Urinary Problems and Injuries, Age 12 and Older
Starting home treatment at the first minor signs of a Reference bladder infection Opens New Window may prevent the problem from getting worse, clear up your infection, and prevent complications.
- Drink more fluids—enough to keep your urine light yellow or clear like water—as soon as you notice the symptoms and for the next 24 hours. This will help dilute the urine, flush bacteria out of the bladder, and decrease irritation. Note: If a medical condition such as a kidney or heart problem prevents you from drinking more fluids, make sure you are drinking your usual amount of fluids. Drinking Reference cranberry or blueberry juice may reduce the chances of having urinary tract infections.
- Urinate when you feel the urge. Don't wait until a more convenient time.
- Do not drink alcohol, caffeine, and carbonated beverages, which can irritate the bladder.
- Take a warm bath, which may help relieve pain and itching.
- Avoid using bubble bath, because it may cause more irritation. If urinary pain or vaginal burning and redness occur in a young girl, she may have an allergy to bubble bath or soap.
- Use gentle soaps, such as Basis, Cetaphil, Dove, or Oil of Olay. Avoid deodorant soaps. Use as little soap as possible.
- Apply a heating pad over your genital area to help relieve the pain. Set the heating pad temperature on low. Never go to sleep with a heating pad in place.
- Examine your genital area. Increased redness may mean skin irritation.
- Wear loose clothing and soft cotton underwear. Do not use soaps, perfumes, or feminine hygiene sprays on the genital area.
- Avoid intercourse until symptoms improve. Do not use a diaphragm or spermicidal cream, foam, or gel. A diaphragm may put pressure on your Reference urethra Opens New Window. This pressure may slow down or prevent your bladder from emptying completely. Spermicides can cause Reference genital skin irritation.
Recurrent bladder infections in women
If you have frequent Reference bladder infections Opens New Window without complications, you and your doctor may develop a self-treatment plan. The plan usually includes taking antibiotics at the first sign of a bladder infection. Contacting your doctor is not necessary. For more information, see the topic Reference Urinary Tract Infections in Teens and Adults.
If you are certain that your symptoms are caused by a bladder infection, follow your doctor's instructions for taking the medicine and monitoring your symptoms. Keep a diary of the number of times you use your self-treatment plan. Call your doctor if:
- Your symptoms do not improve after 48 hours of treatment.
- You start having bladder infections more often than in the past.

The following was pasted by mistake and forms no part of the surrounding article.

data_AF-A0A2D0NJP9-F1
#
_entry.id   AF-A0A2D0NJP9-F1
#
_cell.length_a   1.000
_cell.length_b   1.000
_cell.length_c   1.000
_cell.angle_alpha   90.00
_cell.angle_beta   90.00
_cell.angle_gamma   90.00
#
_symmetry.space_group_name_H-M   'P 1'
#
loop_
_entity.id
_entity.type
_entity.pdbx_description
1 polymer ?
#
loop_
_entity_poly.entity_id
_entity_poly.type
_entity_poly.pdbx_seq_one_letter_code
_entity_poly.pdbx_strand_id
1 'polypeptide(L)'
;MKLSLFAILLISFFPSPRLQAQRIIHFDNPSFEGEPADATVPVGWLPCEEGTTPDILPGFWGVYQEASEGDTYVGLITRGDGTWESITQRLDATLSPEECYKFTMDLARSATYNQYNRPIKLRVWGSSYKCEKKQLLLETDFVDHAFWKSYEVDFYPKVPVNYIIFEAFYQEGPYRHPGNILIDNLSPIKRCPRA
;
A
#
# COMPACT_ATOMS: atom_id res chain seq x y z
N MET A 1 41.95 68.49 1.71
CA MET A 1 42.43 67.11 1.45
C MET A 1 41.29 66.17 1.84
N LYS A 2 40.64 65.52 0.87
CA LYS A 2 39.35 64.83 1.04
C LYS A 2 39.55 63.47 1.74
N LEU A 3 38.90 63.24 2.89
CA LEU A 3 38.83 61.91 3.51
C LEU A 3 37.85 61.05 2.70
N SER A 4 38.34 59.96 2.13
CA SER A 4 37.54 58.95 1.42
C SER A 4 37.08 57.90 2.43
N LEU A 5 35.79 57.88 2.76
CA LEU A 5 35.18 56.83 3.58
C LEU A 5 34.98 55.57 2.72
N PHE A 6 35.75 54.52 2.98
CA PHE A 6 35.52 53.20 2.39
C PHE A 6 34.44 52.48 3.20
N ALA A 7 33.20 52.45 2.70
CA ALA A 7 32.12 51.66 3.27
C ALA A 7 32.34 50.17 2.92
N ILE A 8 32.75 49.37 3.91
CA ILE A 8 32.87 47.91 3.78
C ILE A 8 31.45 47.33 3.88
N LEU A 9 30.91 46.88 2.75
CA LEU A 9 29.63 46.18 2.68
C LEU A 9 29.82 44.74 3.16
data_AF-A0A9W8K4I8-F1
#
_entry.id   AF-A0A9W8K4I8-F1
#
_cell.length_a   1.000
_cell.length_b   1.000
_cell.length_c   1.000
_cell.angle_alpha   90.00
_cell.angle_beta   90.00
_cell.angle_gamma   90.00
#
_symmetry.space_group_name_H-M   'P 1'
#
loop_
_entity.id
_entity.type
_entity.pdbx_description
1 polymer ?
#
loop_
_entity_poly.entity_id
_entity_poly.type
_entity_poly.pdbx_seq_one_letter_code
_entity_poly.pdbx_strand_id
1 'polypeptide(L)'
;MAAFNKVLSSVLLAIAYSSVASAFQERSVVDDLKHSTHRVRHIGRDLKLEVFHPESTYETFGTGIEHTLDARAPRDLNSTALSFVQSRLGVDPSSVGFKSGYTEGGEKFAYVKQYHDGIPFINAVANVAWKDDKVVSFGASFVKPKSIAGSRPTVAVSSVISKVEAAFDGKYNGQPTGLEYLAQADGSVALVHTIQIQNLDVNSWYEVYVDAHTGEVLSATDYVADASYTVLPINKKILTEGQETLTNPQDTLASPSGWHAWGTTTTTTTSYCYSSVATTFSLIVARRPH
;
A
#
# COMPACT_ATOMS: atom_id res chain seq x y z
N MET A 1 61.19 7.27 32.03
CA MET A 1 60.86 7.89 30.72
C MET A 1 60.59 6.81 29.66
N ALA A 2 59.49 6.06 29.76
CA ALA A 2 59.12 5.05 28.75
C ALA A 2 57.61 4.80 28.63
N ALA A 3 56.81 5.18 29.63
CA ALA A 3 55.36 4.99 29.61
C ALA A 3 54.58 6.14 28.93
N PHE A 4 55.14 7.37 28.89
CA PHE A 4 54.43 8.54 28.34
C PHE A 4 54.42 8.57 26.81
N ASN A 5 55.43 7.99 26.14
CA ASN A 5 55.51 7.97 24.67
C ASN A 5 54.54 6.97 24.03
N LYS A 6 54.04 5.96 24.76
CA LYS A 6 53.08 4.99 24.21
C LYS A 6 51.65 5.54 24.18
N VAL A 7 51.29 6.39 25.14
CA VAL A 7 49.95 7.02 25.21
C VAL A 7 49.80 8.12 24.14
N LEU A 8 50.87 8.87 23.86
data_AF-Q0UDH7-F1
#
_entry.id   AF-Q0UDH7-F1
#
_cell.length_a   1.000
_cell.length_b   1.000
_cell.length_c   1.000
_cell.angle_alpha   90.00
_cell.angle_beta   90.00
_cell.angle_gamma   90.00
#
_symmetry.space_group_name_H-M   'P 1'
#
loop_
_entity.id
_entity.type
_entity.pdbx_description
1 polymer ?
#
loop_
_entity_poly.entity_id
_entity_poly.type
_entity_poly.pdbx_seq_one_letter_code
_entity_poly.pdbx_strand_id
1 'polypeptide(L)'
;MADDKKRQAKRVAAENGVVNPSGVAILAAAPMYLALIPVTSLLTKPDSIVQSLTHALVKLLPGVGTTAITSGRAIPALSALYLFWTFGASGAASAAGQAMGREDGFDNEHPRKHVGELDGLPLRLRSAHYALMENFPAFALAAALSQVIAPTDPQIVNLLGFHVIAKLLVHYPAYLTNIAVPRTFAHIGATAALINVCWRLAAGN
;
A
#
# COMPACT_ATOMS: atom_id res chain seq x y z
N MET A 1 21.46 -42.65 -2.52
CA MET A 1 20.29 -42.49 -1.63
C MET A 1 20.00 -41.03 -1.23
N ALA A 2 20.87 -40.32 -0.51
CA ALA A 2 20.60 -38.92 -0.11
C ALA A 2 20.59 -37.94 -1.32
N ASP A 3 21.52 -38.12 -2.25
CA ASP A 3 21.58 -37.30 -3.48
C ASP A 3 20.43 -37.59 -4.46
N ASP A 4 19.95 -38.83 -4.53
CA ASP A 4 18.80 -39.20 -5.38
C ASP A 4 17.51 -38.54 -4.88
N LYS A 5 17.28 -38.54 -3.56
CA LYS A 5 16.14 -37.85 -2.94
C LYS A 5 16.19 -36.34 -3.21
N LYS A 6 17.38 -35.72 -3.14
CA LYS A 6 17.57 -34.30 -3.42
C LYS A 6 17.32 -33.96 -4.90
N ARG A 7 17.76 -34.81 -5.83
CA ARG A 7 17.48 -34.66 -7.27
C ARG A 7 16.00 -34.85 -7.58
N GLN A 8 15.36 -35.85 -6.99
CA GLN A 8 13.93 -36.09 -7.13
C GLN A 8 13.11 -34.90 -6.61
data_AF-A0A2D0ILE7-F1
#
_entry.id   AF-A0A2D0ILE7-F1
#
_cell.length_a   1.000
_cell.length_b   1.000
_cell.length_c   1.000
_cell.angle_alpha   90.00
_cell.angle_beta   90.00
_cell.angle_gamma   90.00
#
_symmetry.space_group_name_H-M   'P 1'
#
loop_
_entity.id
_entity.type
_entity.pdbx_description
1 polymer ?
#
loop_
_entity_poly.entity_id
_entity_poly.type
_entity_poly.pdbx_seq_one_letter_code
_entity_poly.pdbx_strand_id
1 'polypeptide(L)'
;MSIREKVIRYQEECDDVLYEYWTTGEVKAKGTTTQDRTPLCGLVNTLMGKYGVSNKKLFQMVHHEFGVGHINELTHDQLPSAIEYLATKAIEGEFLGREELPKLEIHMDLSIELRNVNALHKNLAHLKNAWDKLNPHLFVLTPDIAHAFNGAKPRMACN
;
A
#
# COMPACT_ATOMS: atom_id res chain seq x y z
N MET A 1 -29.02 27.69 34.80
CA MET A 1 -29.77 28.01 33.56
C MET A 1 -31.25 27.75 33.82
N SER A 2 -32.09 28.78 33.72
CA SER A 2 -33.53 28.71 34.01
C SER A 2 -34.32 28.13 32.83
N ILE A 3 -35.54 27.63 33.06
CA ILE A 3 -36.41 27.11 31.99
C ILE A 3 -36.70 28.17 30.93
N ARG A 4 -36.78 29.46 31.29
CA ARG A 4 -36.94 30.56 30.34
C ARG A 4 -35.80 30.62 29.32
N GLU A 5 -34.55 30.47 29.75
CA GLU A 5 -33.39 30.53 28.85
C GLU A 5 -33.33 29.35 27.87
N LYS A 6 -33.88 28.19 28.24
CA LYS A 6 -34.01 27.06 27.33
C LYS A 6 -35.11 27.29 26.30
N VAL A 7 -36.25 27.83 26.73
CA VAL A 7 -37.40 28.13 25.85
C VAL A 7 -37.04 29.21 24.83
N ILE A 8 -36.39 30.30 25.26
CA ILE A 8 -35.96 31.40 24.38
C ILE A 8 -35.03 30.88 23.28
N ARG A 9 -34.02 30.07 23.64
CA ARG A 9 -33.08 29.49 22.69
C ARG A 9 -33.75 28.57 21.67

Your self-treatment plan is developed for your health needs. Do not take antibiotics that have not been specifically prescribed for this bladder infection. Do not take antibiotics left over from a previous prescription or antibiotics prescribed for someone else.
Urinary incontinence is common, especially among older adults. Home treatment can often help decrease your symptoms.
- Talk to your doctor about your incontinence at your next regularly scheduled appointment.
- Reduce the amount of fluids you drink to no more than 2 qt (2 L) daily.
- Establish a schedule of urinating every 2 to 4 hours, whether you feel the need or not.
- Make a clear, quick path to the bathroom, and wear clothes that you can easily remove, such as ones with elastic waistbands or Velcro closures. Keep a bedpan or urinal close to your bed or chair.
- Practice "double voiding" by urinating as much as possible, relaxing for a few moments, and then urinating again.
- Do not drink caffeinated or carbonated beverages, such as caffeinated coffee, tea, and soda.
- Do not drink more than 1 alcohol drink a day.
- Increase the amount of fiber in your diet. Constipation may make your symptoms worse. For more information, see the topic Reference Constipation, Age 12 and Older.
- Talk with your pharmacist or doctor about all Reference medicines you take, including nonprescription medicines, to see whether any of them may be making your incontinence worse.
- Strengthen your pelvic muscles by doing Reference Kegel exercises Opens New Window every day and by having a regular exercise program.
- Control your weight. If you are overweight, try to lose some weight. Remember that effective weight-loss programs depend on a combination of diet and exercise. For more information, see the topic Reference Weight Management.
- Quit smoking or using other tobacco products. This may reduce the amount that you cough, which may reduce your problem with incontinence. For more information, see the topic Reference Quitting Smoking.
Home treatment for other urinary problems
For information about home treatment for other urinary problems, see the following:
- For men who have symptoms of Reference prostate enlargement Opens New Window, see the topic Reference Benign Prostatic Hyperplasia (BPH).
- For men who have symptoms of Reference prostate infection Opens New Window, see the topic Reference Prostatitis.
- For new Reference kidney stones Opens New Window, see the topic Reference Kidney Stones.
Symptoms to watch for during home treatment
Reference Call your doctor if any of the following occur during home treatment:
- Other symptoms develop, such as fever, belly pain, or vomiting.
- You are unable to urinate or have increasing difficulty urinating.
- Symptoms of a Reference bladder infection Opens New Window do not completely go away after home treatment.
- More urinary symptoms develop, such as localized back pain (Reference flank pain Opens New Window) or blood in your urine.
- Symptoms become more severe or more frequent.
|By:||Reference Healthwise Staff||Last Revised: Reference November 15, 2012|
|Medical Review:||Reference Kathleen Romito, MD - Family Medicine
Reference H. Michael O'Connor, MD - Emergency Medicine